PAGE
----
As an author and later again as a reporter, finding enough to write about was no problem for Shilts, particularly in the incredible year of 1978, which saw some of the nation’s biggest stories unfold in San Francisco. Covering the mass suicide led by Jim Jones and his Peoples Temple followers was not on Shilts’s beat. It didn’t stop him from trying, however, to sell a freelance story on the topic. He drafted an ultimately unpublished analysis of how the media had covered Jones and his followers in the lead-up to the incredible events in Guyana. His story had an acknowledged problem: except for two reporters, no active members of the San Francisco press corps wanted to talk on the record about Shilts’s thesis that the “lazy and easily intimidated media” in the city were quick to ignore early warning (p.74) signs from Jones and his followers (some of whom had fled the cult) or to take on the city’s liberal political establishment, which “had nothing to gain—and much to lose—by giving the People’s [sic] Temple a thorough going over.”5

Regardless of the big stories breaking in San Francisco, all journalism imposes a feast-or-famine lifestyle on its denizens. The up-and-down nature of Shilts’s career often showed up in his diary, which was sometimes filled with thoughtful and detailed examinations of what was happening in his life, followed by huge gaps. Shilts’s scrawled entries fill the journal pages with wide, fluid strokes of the pen in prolific bursts in the early and mid-1970s, after he graduated college, and again briefly in 1984 and 1986, when he began to confront and overcome his addiction to alcohol and marijuana. In a “looking-back” entry Shilts wrote, it’s clear he had read back through all the preceding entries: “Jesus, what a trip to read all these entries. It seems all I ever thought about was career and sex. Here I’ve got all these entries on 1976–77 and I never talk about Harvey Milk or all that idealism—just whether I’ll be a success or not.” Later entries switch to a more positive vein: “Now that I have achieved so much of that success, I have a hard time recalling the times when I was so driven. Was that really me? Sure it was. Then I wanted a job. Now I wait for a Pulitzer Prize. Then I wanted sex, now I wait for a life-long relationship.”6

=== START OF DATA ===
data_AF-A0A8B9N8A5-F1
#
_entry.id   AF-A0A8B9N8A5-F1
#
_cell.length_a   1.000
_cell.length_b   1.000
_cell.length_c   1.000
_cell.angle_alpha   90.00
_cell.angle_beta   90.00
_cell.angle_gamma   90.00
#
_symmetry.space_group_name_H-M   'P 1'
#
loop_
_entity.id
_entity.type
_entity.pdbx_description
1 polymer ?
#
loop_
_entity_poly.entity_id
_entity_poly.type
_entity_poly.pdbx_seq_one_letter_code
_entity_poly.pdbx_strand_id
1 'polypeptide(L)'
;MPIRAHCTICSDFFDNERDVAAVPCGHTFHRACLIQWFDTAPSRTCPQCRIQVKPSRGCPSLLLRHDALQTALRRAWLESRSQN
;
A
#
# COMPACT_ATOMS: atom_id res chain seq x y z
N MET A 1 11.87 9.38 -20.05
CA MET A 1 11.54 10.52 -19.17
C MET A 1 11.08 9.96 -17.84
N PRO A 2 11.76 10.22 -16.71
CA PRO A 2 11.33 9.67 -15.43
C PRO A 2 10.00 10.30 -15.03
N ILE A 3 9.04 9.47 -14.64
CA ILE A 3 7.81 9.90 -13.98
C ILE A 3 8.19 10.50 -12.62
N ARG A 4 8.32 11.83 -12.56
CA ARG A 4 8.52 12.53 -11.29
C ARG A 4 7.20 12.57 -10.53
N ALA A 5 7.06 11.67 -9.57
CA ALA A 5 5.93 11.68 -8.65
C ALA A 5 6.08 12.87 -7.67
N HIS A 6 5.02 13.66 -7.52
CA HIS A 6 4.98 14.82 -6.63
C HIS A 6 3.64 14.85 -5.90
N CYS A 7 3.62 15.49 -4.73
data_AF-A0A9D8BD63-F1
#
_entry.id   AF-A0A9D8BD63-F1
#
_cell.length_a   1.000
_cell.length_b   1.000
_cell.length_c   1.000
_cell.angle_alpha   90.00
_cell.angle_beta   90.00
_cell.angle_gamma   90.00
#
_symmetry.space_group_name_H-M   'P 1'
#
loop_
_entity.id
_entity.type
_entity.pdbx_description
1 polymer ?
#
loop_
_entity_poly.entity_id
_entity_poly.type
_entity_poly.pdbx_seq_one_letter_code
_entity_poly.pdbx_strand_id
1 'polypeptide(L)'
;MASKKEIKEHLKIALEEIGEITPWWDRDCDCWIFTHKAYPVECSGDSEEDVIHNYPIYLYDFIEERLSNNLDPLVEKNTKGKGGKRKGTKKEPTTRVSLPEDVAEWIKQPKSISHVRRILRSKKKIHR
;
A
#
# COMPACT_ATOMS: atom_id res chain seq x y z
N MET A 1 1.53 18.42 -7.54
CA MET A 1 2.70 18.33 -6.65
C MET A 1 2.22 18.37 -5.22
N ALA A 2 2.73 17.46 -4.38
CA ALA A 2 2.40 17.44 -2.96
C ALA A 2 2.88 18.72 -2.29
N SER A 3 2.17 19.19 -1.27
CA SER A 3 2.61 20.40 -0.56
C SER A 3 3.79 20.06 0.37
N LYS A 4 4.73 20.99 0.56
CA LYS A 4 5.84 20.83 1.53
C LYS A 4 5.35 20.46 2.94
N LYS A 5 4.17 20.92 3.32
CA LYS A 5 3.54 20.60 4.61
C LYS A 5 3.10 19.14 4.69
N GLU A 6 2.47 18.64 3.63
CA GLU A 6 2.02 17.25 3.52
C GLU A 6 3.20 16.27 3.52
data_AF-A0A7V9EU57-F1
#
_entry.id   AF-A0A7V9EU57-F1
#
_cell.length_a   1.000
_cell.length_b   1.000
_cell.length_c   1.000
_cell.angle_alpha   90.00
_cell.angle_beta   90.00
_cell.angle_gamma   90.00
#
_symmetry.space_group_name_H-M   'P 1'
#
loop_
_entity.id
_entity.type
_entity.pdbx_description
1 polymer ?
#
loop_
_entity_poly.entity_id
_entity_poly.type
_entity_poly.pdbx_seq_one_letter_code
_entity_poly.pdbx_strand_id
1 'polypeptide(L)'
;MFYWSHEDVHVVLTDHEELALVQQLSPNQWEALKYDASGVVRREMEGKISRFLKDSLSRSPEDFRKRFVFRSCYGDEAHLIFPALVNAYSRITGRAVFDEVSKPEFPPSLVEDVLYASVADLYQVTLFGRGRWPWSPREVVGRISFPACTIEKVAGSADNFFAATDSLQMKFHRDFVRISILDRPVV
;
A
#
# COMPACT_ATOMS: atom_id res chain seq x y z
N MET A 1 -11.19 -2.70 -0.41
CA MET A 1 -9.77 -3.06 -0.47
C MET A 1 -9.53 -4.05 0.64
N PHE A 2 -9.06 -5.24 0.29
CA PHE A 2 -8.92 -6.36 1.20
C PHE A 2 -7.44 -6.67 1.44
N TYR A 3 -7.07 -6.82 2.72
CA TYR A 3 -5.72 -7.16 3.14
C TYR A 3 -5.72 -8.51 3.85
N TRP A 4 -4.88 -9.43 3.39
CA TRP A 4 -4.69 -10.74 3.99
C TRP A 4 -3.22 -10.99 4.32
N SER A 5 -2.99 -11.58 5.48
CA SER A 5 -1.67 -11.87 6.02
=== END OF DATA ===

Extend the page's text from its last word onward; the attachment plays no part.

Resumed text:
Shilts’s work for KQED ended in 1980 with the demise of the Ford Foundation grant the station had tapped to fund the program. Shilts struggled not only with his inability to find work and his newfound reliance on the pittance paid by California’s unemployment insurance but also with a renewed affection for heavy drinking and daily marijuana use. The fear surrounding the loss of his job at KQED was aggravated by the fact that Shilts had previously ended his relationship with the Advocate—and had done so in a way that left him no option to return. “I was just so angry” at not being able to get a job, Shilts said. “Unfair is the word that always came up, and I just got drunk all the time. I just drank a lot.”7 In the midst of his drunk and drugged response to a collapsing journalism career, Shilts had to face up to an angry cadre of gay leaders who were aligned with Goodstein and the Advocate and were smarting from Shilts’s scathing critique of “The Advocate Experience” touted by the magazine’s publisher and published in a rival publication, the New West. Shilts was deep in a funk, writing, “It’s all going nowhere. Would it be any different if I were heterosexual? I’ll never know. Maybe it has a lot to do with the terms on which I barter with the world. Being open is a terribly non-conformist status. … I have been a non-conformist all my life and probably always will be. To a point. Yet, I want worldly success. Recognition is probably a better word. I need that recognition as a basic part of fulfilling my insatiable ego.”8

(p.75) Some clarity was coming into view. Shilts began to examine the recent past, which found him with a foot in both the print and broadcast worlds of journalism, seemingly caught between the lure of TV and the “instantaneous fame” it offered him within the gay community and the entire Bay Area and his desire to be a serious writer. “My entire gestalt has been taking me in another direction—into working hard to be a good writer,” he wrote. “It’s rewarding to see me improve, but the external rewards are slower in coming. So what—even a cover story in New West is gone in two weeks and the people will want something else—on and on—[you’re] only as good as your last two week story.”9 Whether he realized it or not, Shilts had tapped into a direction for his life and career that would reap tremendous rewards—all those he had dreamed about in the past from his days longing to leave Aurora.

Success would not come easy—editors of the San Francisco Chronicle had rejected an earlier idea to give Shilts an opinion column on the newspaper’s editorial page, and a columnist position at the rival San Francisco Examiner also failed to materialize (despite Harvey Milk lobbying the paper’s editors for the new position). Rolling Stone accepted and then rejected Shilts’s lengthy review of the Village People and their popularity in the gay community. In his personal life, “The Advocate Experience” article in New West had raised a lot of eyebrows and tempers, and several gay leaders directly addressed their anger to Shilts. “Many people are angry at me,” Shilts wrote in his journal during this time, adding,